The American people were probably comfortable with such a scheme as well, as poll after poll has consistently revealed that about seven in ten favored raising taxes on the wealthy and big corporations to pay the nation's debts or bolster Medicare and Social Security. The other three in ten were Republicans, who favored coddling the rich and big corporations with bigger tax cuts, breaks and subsidies paid for by slashing services everyone depended on.
A CBS News poll released Monday found 64% of all respondents wanted to raise taxes on millionaires to lower the federal deficit. 30% figured millionaires should get a pass. 83% of Democrats and 65% of Independents favored hiking taxes on millionaires, while 54% of Republicans wanted to let them skate.
An American Express/Harrison Group poll released Tuesday likewise found 65% of respondents supported raising taxes on millionaires.
Meanwhile, Senate Republicans quickly moved to vote on Obama's jobs bill without the millionaire surtax, hoping to be able to claim the legislation, which in its original form was expected to be defeated by a wide margin, was unpopular with both parties.
Obama told reporters, "We're still going to need to reform this tax code to make sure that we're closing loopholes, closing special interest tax breaks," pushing for implementation of his 'Buffet Rule' to assure the wealthy paid taxes at least at the same rates as the middle class. "But in terms of the immediate action of getting this jobs bill passed, I'm fine with the approach that they're taking," he added, supporting Senate Majority Leader Harry Reid's (D-NV) proposal for the 5.6% millionaire surtax.
Republicans were quick to dismiss any notion of making their wealthy cronies pony up. Senate Minority Leader Mitch McConnell (R-OH) said, "Democrats would rather talk about partisan legislation that they know won't pass than about actually passing legislation we know would create jobs."
Apparently to McConnell, the wishes of 65% of the American people were deplorable "partisan" harangues.
McConnell and the GOP were only interested in lavishing more tax breaks and subsidies on big corporations and their wealthy cronies, along with dismantling Medicare, Medicaid, Social Security, and abolishing all business and industrial oversight to allow their cronies unfettered plundering.
Americans, meanwhile, were beginning to understand that slashing taxes for the rich had simply concentrated 84% of the nations wealth into the hands of just 20% of the nation's wealthiest, while 40% of the nation's poorest had to make do splitting just three-tenths of one percent of the nation's wealth. Americans were beginning to understand slashing taxes for the rich and big corporations simply encouraged mergers, consolidations, layoffs, union-busting, outsourcing, and offshoring.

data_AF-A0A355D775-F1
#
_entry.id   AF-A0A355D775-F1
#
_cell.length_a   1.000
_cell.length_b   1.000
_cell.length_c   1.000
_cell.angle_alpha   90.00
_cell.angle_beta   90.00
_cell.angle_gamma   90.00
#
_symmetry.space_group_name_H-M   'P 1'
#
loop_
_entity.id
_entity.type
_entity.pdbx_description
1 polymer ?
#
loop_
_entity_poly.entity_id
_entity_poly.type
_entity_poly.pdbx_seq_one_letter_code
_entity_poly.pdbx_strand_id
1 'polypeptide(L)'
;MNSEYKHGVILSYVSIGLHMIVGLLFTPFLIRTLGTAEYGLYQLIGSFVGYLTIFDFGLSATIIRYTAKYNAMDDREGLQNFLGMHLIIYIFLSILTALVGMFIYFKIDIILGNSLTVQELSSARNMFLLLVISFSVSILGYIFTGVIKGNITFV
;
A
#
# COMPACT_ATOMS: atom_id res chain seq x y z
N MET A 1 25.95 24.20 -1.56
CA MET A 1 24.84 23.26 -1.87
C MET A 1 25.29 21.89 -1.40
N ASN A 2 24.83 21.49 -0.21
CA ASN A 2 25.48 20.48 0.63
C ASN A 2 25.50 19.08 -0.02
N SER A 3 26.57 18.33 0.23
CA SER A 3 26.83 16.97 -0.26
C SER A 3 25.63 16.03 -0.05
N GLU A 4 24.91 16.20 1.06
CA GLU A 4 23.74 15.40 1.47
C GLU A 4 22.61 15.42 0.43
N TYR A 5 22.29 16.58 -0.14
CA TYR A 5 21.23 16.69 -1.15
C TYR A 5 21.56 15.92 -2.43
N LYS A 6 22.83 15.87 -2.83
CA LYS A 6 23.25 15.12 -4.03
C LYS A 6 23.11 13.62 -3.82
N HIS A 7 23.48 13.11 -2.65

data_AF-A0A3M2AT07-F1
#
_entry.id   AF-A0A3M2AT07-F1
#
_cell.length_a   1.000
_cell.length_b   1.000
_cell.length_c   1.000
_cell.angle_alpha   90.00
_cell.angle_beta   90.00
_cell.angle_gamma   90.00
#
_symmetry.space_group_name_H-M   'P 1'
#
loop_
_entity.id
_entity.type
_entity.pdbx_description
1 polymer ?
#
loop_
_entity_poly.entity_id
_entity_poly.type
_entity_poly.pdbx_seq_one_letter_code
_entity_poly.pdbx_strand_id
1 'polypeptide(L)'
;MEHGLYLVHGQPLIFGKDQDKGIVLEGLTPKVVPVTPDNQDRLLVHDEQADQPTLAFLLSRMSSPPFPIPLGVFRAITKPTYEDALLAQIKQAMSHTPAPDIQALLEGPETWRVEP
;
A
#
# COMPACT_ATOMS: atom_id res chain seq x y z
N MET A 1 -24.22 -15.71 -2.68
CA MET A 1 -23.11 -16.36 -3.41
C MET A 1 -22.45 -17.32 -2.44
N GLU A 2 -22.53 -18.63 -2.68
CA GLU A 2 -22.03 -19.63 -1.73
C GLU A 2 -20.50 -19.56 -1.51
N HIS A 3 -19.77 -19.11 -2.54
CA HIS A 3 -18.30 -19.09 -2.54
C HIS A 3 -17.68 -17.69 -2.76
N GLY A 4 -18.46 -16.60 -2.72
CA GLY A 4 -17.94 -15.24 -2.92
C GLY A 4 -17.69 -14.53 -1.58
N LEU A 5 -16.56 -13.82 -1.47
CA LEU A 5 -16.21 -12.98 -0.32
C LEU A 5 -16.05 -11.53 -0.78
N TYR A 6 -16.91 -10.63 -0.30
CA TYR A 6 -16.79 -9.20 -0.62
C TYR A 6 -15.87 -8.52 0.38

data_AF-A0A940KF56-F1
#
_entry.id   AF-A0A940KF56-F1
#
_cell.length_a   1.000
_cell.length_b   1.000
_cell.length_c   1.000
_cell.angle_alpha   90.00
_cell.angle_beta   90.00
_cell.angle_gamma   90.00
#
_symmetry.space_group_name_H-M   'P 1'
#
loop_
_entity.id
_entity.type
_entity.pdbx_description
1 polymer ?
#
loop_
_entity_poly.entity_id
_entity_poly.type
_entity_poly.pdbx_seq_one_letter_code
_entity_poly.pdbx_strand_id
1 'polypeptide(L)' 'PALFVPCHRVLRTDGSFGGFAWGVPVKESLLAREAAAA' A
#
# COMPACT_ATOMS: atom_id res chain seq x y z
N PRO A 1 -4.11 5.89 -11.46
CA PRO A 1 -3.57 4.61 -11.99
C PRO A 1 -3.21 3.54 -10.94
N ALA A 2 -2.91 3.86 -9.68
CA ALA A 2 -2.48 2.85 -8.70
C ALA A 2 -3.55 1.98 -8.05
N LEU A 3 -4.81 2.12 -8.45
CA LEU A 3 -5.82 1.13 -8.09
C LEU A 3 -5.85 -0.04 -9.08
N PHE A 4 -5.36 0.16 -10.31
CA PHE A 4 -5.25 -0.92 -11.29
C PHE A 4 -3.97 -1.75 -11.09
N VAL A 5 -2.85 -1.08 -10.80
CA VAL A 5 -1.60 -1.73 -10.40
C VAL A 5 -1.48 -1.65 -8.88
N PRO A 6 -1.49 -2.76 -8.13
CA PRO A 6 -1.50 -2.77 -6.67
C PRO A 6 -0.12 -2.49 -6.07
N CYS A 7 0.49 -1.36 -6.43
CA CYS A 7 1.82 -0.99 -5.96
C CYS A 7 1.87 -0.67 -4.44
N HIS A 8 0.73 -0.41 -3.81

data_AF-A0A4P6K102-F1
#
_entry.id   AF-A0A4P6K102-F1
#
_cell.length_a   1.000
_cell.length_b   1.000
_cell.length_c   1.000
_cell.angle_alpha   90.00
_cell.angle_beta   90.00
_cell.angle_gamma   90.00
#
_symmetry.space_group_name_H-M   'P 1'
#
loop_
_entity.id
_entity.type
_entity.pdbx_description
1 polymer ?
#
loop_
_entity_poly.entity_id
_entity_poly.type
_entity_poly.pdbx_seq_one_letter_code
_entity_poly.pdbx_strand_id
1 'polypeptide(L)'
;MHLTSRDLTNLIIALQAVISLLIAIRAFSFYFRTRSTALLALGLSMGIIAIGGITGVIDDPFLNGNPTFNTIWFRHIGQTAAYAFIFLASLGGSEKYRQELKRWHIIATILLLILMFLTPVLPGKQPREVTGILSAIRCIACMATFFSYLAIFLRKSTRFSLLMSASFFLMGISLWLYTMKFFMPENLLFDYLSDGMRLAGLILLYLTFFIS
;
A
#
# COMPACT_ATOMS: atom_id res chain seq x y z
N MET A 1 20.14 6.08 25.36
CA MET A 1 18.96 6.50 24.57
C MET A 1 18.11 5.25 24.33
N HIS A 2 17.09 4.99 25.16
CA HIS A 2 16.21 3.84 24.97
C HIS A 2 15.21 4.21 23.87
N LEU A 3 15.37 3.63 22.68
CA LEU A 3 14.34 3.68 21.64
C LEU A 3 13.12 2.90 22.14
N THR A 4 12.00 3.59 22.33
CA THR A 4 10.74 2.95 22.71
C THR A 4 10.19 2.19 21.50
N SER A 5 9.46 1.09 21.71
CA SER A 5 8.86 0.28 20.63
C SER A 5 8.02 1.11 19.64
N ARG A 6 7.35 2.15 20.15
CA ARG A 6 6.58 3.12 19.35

Americans were beginning to understand slashing taxes for the rich empowered billionaires to use their accumulated fortunes as blunt instruments to bludgeon the American policy-making process with their armies of lawyers, lobbyists and fawning politicians. Coal magnates Charles and David Koch had $50 billion to fund their Americans for Prosperity schemes. Media mogul Rupert Murdoch had $7 billion to funnel into the Tea Party.
Which was why poll after poll revealed Americans wanted millionaires to pay more in taxes.
- A Gallup Poll from September 20 found 70% favored increasing taxes on corporations by eliminating certain tax deductions, and 66% favored increasing income taxes on those making $200,000 or much, much more a year.
- The Economist/YouGov Poll taken Sept. 24-27 found 68% favored raising taxes on families making more than $1 million a year, and 55% favored raising taxes on families making more than $250,000 a year.
- An Aug. 9 Marist poll found 68% of Americans favored raising taxes on those making $250,000 or much, much more a year, and 60% favored eliminating subsidies for oil and gas companies.
- A CNN/ORC poll released Aug. 10 found 63% believed Congress should raise taxes on businesses and higher income Americans.
- A Washington Post/ABC News poll taken July 14-17 found 72% favored raising taxes on those making $250,000 or much, much more a year to reduce the national debt.
Just as slashing taxes for the rich in the years leading up to the Great Depression of the 1930s caused wealth to accumulate in the hands of the few and choked off economic growth, thirty years of slashing taxes for, and lavishing subsidies on, the rich sequestered vast sums of American wealth in arcane financial instruments and choked off economic activity.
"Karl Marx was right," New York University economist Nouriel Roubini ruffled feathers recently. "At some point, capitalism can self-destroy itself. That's because you cannot keep on shifting income from labor to capital without not having an excess capacity and a lack of aggregate demand."
Of course, any economist not getting fat paychecks from Rupert Murdoch and Fox News understood businesses weren't hiring in America because Americans weren't buying enough goods and services to warrant putting on extra shifts or building new plants. Americans weren't buying because they were tapped out from decades of stagnating wages and unemployment, mountains of consumer debt, and having to pay more for things that used to be free: Parking, tolls, museums, school supplies, personal security.
And, as demand wasn't coming from consumers, any economist not getting fat paychecks from Rupert Murdoch and Fox News understood the government should be acting as the consumer of last resort, and kick-starting demand by fixing the $2 trillion in infrastructure that needed fixing, or building a high-speed rail network, or bringing broadband access to all Americans, or putting solar panels on everyone's roofs.
And paying for it by taxing the millionaires, billionaires and big corporations Republicans kept referring to with hallowed reverence as Job Creators, but who weren't actually creating any jobs.